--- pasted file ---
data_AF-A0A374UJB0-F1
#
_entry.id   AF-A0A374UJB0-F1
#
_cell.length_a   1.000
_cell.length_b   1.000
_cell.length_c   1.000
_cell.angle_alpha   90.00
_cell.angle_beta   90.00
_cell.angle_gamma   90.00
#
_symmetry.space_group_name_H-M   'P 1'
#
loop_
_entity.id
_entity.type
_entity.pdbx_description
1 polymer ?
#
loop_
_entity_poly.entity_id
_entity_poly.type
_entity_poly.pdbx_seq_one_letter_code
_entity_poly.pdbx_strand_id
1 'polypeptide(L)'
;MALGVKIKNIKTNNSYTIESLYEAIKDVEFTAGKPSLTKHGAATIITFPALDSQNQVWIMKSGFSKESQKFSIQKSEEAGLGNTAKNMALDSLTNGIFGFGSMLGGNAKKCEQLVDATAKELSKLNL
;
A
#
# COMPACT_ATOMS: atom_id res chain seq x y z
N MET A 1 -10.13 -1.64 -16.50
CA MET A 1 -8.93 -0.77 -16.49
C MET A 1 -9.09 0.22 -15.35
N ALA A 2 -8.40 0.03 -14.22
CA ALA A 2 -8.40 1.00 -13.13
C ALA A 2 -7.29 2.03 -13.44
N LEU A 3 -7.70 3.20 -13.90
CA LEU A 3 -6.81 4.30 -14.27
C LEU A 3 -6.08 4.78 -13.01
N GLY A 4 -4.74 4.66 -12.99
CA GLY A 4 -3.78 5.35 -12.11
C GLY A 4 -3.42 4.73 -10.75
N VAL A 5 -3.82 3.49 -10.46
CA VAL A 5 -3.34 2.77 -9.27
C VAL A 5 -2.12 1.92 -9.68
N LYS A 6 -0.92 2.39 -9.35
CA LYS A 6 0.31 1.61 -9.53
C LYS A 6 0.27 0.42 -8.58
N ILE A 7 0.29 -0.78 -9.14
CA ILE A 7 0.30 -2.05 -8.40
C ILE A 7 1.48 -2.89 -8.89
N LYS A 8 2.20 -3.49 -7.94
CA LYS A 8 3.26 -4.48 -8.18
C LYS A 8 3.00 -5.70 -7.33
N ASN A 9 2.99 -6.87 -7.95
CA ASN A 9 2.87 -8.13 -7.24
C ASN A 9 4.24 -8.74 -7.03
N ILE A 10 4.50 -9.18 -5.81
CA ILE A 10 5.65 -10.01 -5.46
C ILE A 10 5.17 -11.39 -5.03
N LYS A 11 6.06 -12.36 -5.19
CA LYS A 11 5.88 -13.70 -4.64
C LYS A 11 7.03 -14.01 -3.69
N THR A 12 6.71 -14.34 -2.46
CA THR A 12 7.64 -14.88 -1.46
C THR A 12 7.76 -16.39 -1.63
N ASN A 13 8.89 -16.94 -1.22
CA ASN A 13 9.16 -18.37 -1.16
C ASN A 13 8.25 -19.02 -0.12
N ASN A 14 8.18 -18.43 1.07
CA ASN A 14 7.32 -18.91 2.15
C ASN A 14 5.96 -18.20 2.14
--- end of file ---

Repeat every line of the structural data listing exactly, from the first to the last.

data_AF-A0A374UJB0-F1
#
_entry.id   AF-A0A374UJB0-F1
#
_cell.length_a   1.000
_cell.length_b   1.000
_cell.length_c   1.000
_cell.angle_alpha   90.00
_cell.angle_beta   90.00
_cell.angle_gamma   90.00
#
_symmetry.space_group_name_H-M   'P 1'
#
loop_
_entity.id
_entity.type
_entity.pdbx_description
1 polymer ?
#
loop_
_entity_poly.entity_id
_entity_poly.type
_entity_poly.pdbx_seq_one_letter_code
_entity_poly.pdbx_strand_id
1 'polypeptide(L)'
;MALGVKIKNIKTNNSYTIESLYEAIKDVEFTAGKPSLTKHGAATIITFPALDSQNQVWIMKSGFSKESQKFSIQKSEEAGLGNTAKNMALDSLTNGIFGFGSMLGGNAKKCEQLVDATAKELSKLNL
;
A
#
# COMPACT_ATOMS: atom_id res chain seq x y z
N MET A 1 -10.13 -1.64 -16.50
CA MET A 1 -8.93 -0.77 -16.49
C MET A 1 -9.09 0.22 -15.35
N ALA A 2 -8.40 0.03 -14.22
CA ALA A 2 -8.40 1.00 -13.13
C ALA A 2 -7.29 2.03 -13.44
N LEU A 3 -7.70 3.20 -13.90
CA LEU A 3 -6.81 4.30 -14.27
C LEU A 3 -6.08 4.78 -13.01
N GLY A 4 -4.74 4.66 -12.99
CA GLY A 4 -3.78 5.35 -12.11
C GLY A 4 -3.42 4.73 -10.75
N VAL A 5 -3.82 3.49 -10.46
CA VAL A 5 -3.34 2.77 -9.27
C VAL A 5 -2.12 1.92 -9.68
N LYS A 6 -0.92 2.39 -9.35
CA LYS A 6 0.31 1.61 -9.53
C LYS A 6 0.27 0.42 -8.58
N ILE A 7 0.29 -0.78 -9.14
CA ILE A 7 0.30 -2.05 -8.40
C ILE A 7 1.48 -2.89 -8.89
N LYS A 8 2.20 -3.49 -7.94
CA LYS A 8 3.26 -4.48 -8.18
C LYS A 8 3.00 -5.70 -7.33
N ASN A 9 2.99 -6.87 -7.95
CA ASN A 9 2.87 -8.13 -7.24
C ASN A 9 4.24 -8.74 -7.03
N ILE A 10 4.50 -9.18 -5.81
CA ILE A 10 5.65 -10.01 -5.46
C ILE A 10 5.17 -11.39 -5.03
N LYS A 11 6.06 -12.36 -5.19
CA LYS A 11 5.88 -13.70 -4.64
C LYS A 11 7.03 -14.01 -3.69
N THR A 12 6.71 -14.34 -2.46
CA THR A 12 7.64 -14.88 -1.46
C THR A 12 7.76 -16.39 -1.63
N ASN A 13 8.89 -16.94 -1.22
CA ASN A 13 9.16 -18.37 -1.16
C ASN A 13 8.25 -19.02 -0.12
N ASN A 14 8.18 -18.43 1.07
CA ASN A 14 7.32 -18.91 2.15
C ASN A 14 5.96 -18.20 2.14